For future aircraft counter-rotating open rotor (CROR) engines are a promising technology to reduce their CO2 footprint. Since the contribution of CROR engines to the cabin noise is higher than for jet engines, new strategies for the reduction of noise transmissions for frequency bands below 500 Hz are necessary. Active structural acoustic control (ASAC) systems are capable to reduce sound transmission of lining structures in this bandwidth. Sensors measure the vibrations of the lining to estimate its sound emission into the cabin. Based on these signals a controller calculates force signals for actuators on the lining. The actuator forces change the vibration behaviour of the lining in order to reduce its sound emission. For the realization of such a system in a real aircraft, manufacturing and maintenance issues have to be addressed. Within work package 3 of the EU project ACASIAS an aircraft lining with an integrated ASAC system is developed. The size of the lining is app. 1300 x 1690 mm2 (W x H) and it is simply curved. The radius of 2980 mm makes it relevant for a twin-aisle aircraft like the Airbus A350. The focus of research activities lies on the integration of components and the industrial manufacturing process of the lining. The components to be integrated are sensors, actuators and the corresponding wiring. A concept is proposed where each actuator and sensor is encapsulated in a kind of insert. The inserts smoothly integrate into the manufacturing process of the lining while they protect the actuators and sensors from humidity, dust, etc. The maintenance aspect is covered by the option to change each actuator or sensor upon insert level. The integrated wiring of the lining is left unaffected during an actuator or sensor replacement since connectors in each insert allow a nearly tool-free assembly/disassembly. In this paper the progress of work package 3 is presented at a detailed design review (DDR) stage. Finally, the lining will be manufactured and equipped with a full ASAC system. Experiments will be conducted in the acoustic transmission loss facility at the DLR.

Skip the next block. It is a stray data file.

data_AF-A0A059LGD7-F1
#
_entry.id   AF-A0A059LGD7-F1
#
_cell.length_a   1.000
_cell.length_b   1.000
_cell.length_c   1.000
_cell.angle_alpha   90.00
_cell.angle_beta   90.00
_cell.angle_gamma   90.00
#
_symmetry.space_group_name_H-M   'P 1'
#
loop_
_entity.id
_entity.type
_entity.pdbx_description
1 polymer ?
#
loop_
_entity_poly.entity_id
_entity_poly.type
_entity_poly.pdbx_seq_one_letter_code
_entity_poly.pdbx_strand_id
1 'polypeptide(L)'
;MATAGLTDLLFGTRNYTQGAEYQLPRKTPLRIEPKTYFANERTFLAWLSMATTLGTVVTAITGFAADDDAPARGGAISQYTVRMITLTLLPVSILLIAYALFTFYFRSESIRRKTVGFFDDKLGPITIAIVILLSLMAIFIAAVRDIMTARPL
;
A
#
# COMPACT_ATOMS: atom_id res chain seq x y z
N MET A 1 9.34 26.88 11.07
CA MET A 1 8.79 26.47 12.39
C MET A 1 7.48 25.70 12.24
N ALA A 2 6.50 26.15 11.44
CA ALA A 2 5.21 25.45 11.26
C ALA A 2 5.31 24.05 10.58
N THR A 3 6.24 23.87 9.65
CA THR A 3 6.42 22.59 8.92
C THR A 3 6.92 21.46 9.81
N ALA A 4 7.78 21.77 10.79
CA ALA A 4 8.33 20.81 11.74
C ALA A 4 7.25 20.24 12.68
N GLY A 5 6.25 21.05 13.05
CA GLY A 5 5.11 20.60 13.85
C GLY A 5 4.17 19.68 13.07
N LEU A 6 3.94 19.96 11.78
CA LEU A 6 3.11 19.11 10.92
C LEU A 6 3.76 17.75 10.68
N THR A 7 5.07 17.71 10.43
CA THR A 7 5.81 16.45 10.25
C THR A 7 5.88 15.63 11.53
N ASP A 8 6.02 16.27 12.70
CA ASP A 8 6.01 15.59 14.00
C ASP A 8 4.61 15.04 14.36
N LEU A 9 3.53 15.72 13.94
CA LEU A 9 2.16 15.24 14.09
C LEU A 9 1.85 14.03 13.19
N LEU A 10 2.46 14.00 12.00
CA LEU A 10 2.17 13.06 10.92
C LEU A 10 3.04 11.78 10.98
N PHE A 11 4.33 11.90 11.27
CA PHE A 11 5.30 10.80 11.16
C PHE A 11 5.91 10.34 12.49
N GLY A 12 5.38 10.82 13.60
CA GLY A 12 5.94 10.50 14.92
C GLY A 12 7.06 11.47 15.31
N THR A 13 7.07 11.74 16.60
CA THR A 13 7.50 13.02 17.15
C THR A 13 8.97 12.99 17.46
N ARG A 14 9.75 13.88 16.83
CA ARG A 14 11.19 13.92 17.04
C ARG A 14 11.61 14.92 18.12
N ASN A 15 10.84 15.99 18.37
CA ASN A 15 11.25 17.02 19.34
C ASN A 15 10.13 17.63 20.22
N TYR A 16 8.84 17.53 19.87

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Published on 15/02/21
Accepted on 03/03/21
Submitted on 03/03/21

DOI: 10.23967/emus.2019.001
Licence: CC BY-NC-SA license

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